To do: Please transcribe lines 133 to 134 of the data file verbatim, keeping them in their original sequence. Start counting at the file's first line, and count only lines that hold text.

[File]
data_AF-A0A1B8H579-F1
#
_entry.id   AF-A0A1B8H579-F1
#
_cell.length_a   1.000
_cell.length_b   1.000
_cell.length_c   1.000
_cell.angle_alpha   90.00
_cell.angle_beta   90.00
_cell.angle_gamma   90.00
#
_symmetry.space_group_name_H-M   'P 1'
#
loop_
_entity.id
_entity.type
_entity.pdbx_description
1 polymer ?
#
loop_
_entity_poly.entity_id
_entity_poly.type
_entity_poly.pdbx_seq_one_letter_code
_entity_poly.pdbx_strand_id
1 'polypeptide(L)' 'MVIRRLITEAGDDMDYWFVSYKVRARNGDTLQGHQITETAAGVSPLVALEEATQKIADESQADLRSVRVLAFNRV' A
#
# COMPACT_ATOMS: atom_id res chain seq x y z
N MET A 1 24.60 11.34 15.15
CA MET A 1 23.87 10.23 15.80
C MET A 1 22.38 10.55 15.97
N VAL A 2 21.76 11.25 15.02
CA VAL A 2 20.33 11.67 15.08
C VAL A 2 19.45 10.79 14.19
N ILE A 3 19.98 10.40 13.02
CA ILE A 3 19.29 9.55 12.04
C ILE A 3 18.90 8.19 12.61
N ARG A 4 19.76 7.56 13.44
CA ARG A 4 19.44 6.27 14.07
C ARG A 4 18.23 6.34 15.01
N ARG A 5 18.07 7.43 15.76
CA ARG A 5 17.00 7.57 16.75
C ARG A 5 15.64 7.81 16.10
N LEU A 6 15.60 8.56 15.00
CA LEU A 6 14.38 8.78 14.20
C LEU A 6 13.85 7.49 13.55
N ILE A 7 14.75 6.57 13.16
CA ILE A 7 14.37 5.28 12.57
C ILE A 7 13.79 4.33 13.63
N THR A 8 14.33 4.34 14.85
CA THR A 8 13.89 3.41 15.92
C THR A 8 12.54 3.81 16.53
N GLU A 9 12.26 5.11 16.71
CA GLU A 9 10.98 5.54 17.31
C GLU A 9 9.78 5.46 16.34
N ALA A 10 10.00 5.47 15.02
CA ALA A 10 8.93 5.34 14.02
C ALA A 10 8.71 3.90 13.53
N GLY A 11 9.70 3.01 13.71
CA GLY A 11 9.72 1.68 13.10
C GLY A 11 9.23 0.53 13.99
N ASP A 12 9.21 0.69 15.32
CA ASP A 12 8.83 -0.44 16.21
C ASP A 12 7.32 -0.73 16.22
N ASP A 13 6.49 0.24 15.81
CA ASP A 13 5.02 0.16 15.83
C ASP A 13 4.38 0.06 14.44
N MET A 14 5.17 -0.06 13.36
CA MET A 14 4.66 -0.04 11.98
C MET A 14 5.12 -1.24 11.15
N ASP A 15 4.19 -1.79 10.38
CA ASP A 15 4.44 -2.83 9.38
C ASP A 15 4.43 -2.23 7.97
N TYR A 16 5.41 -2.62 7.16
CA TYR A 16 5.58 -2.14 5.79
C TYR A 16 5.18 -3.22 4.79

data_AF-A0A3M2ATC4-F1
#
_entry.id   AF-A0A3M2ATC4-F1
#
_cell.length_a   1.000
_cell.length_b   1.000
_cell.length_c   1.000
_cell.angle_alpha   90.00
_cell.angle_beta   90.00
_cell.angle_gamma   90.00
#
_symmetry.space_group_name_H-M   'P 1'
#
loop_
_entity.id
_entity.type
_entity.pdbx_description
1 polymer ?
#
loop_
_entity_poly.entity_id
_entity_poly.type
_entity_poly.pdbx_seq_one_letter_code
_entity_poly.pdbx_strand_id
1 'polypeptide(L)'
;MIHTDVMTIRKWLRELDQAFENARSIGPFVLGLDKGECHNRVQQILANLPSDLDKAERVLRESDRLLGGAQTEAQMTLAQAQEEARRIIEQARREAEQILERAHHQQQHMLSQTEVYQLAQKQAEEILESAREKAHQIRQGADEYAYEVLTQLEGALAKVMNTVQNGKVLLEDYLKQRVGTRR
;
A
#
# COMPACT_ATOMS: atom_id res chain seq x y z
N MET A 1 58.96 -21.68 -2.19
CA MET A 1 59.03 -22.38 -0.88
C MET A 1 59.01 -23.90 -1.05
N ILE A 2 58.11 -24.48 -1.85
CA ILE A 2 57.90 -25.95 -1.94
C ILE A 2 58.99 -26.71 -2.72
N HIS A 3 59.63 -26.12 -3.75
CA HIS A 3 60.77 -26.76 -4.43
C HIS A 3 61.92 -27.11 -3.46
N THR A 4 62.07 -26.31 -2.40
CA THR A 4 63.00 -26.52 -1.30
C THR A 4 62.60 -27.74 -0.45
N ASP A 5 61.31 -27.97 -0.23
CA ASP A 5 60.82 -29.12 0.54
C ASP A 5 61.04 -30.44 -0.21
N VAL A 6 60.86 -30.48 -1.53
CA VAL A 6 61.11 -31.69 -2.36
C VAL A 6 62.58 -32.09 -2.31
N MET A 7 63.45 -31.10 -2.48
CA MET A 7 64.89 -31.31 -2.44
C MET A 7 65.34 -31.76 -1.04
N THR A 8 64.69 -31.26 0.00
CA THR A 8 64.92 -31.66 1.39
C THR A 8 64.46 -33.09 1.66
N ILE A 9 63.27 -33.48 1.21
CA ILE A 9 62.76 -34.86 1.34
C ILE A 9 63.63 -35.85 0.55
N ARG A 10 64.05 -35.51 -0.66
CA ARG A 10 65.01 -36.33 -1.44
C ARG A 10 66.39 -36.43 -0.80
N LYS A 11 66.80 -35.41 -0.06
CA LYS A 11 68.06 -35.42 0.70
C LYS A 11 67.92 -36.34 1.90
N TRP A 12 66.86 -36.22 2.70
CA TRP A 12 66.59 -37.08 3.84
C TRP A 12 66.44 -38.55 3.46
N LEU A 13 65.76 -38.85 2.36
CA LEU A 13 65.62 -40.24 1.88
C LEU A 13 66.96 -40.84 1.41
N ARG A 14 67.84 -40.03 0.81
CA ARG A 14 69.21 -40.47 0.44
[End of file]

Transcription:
N ARG A 10 64.05 -35.51 -0.66
CA ARG A 10 65.01 -36.33 -1.44